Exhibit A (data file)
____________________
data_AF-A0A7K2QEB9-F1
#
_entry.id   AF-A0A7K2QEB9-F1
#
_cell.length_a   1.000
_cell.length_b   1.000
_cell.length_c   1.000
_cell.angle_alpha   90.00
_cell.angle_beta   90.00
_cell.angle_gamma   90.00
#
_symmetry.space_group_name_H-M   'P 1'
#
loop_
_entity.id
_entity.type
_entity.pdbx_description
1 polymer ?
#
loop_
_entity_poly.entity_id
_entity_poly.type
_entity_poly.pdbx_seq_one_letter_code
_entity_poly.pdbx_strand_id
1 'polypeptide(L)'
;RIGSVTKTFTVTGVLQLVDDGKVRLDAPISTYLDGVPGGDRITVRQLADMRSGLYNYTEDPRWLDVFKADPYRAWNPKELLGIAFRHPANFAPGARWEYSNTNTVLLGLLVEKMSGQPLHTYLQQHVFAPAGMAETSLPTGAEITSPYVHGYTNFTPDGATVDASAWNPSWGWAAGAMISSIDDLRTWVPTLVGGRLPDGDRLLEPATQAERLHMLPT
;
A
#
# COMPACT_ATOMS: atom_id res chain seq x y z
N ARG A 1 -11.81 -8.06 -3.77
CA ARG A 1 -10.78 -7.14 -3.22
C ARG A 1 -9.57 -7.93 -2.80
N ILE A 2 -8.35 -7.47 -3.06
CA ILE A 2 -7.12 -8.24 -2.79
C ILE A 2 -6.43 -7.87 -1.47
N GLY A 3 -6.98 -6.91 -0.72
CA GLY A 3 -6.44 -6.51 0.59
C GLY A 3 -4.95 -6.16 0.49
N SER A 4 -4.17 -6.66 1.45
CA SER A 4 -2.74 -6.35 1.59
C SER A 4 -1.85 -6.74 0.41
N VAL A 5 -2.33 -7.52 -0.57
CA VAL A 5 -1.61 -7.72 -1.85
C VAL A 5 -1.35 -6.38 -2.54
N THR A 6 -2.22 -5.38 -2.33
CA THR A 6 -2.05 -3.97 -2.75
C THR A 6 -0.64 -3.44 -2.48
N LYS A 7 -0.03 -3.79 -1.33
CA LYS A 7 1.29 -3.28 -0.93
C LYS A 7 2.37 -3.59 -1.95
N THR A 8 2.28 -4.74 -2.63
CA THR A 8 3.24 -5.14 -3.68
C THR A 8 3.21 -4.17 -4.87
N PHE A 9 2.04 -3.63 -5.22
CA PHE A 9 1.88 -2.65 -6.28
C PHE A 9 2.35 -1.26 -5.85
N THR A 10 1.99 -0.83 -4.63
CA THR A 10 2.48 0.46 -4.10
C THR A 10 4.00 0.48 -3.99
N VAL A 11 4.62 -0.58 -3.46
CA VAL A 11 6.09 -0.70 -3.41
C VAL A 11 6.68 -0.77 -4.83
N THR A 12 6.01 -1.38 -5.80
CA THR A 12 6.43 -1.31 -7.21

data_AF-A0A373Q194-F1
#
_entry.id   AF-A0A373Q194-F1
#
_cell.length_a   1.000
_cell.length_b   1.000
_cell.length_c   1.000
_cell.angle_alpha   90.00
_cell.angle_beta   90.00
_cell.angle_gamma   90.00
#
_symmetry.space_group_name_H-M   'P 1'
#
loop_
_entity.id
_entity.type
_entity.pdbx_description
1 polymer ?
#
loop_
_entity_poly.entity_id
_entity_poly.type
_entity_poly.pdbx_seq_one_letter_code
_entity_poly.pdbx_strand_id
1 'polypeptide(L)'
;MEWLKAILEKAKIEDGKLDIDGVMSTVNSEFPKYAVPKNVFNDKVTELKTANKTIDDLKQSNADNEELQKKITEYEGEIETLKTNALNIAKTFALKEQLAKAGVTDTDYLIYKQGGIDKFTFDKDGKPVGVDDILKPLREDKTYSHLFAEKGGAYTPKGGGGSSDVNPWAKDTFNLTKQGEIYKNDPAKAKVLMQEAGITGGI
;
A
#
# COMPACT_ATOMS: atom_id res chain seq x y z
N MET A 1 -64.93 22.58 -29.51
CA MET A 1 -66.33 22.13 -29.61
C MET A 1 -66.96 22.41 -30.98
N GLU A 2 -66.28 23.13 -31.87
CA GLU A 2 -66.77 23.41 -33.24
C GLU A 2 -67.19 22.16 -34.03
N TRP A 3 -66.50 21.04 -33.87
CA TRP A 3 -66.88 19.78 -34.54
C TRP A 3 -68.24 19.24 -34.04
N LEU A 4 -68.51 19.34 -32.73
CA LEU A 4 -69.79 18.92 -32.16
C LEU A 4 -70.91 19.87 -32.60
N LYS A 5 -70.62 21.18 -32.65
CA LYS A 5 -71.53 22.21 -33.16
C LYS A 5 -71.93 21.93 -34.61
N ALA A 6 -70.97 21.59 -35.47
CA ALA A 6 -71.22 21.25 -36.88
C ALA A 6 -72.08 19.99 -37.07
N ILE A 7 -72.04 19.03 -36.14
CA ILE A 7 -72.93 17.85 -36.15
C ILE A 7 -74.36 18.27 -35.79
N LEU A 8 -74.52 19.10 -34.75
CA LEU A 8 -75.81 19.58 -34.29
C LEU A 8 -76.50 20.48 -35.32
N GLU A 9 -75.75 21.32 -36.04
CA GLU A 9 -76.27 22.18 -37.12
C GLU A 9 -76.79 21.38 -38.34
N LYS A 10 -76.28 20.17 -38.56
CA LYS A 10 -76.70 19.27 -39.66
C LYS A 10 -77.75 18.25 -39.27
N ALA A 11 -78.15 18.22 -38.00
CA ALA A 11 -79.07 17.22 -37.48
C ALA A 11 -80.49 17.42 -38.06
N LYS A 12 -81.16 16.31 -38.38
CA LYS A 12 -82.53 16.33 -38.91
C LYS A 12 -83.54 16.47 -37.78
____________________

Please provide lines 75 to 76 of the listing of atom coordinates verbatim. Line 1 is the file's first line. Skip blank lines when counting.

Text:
_cell.angle_gamma   90.00
#